I play LotRO on one of the most popular servers, and last night I found myself in the game's most popular zone.
If there is a lowest common denominator in LotRO, I was smack in the middle of it. Also, I was doing a quest that involved standing still in one place for twenty minutes hitting a single button.
Show me a deed completion junkie, and I'll show you someone with an advanced, unmedicated case of OCD.
Anyway, I had plenty of time to read the chat. The advice channel was featuring a guy whose graphics were fine in low-demand situations, but choking when the player entered combat mode. Lots of people made constructive suggestions, but the guy with the problem was getting frustrated. After being told as gently as possible that perhaps he needed new drivers for his Nvidia card, he lost his temper for a second and snapped, “Nvidia is gay.”
That sort of thing just irritates me no end. Yes, in many ways I am politically correct, and no, I’m not ashamed of it. See, I write for a living. Words have meaning to me. When you say someone who is physically weak “throws like a girl,” that you got a good bargain by “Jewing the seller down,” and that something contemptible is “gay,” your speech reflects at best the result of a sick, bigoted culture. At worst your speech is saying you are sick and bigoted.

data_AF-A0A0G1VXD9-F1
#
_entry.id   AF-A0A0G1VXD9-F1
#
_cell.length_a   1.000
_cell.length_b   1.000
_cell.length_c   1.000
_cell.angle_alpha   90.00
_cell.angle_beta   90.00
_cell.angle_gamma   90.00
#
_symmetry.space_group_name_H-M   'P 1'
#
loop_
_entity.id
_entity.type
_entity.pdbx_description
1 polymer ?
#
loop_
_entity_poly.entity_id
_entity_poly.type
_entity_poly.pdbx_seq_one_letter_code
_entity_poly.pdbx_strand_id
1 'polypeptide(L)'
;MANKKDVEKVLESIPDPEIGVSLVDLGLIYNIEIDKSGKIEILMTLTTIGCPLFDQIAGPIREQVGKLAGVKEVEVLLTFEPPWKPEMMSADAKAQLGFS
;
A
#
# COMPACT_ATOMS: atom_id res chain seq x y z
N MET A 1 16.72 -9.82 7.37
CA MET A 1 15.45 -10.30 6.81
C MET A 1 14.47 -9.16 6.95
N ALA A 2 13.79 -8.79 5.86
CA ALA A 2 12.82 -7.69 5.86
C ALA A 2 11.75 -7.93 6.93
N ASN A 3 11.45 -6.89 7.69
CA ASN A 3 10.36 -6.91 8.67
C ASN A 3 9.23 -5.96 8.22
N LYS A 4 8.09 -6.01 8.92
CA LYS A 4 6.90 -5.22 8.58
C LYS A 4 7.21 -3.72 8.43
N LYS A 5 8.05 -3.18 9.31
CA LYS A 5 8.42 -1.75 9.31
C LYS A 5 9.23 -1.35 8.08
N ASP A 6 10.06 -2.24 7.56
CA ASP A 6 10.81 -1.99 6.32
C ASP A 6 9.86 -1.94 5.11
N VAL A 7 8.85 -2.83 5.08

Besides, I have a t-shirt that says, “Not Bigoted, Just A Bitch.”
I try to assume the best about people, even online, and many times people are just ignorant, not bigots. So I draw their attention to what they said, and hope that I’ve made them consider their words in a new light. This is the internet, after all. Anonymous jerks sitting alone have to turn to other anonymous jerks sitting alone for their social behavior modification.
So I started to type a real response, when I caught a virtual fish. (O… C… D. What can I say.) I hit my button to reel in the fish, and tapped it again to cast my line. And that’s when I saw all the responses that had come up in the time it took me to hit Shift+1 twice.
“Never had a problem with them personally :P”
“You say gay like it’s a bad thing.”
“If by gay, you mean a happy company, yes, but if by gay you mean homosexual… how does that work?”
“How about flamboyantly happy?”
Now here was the crazy part: Not only did the guy with the crappy card not get defensive, but he actually summoned up a response: “Cause it’s jealous… wants me, won’t let me interact with anyone, stops me on games.”
I shook my head in confusion. I’d been in this zone’s OOC chat before, and while its norm is about ten thousand feet above the norm in, shall we say, “a more popular MMO’s open chat,” it’s still made up of a few hundred anonymous people sitting alone in their basements. Here were people making the point that the use of an adjective as a pejorative was not okay, making the point with humor, and the person at fault was backing down with more humor. Sure, it’s the bare minimum for civil public discourse, but who expects civil public discourse?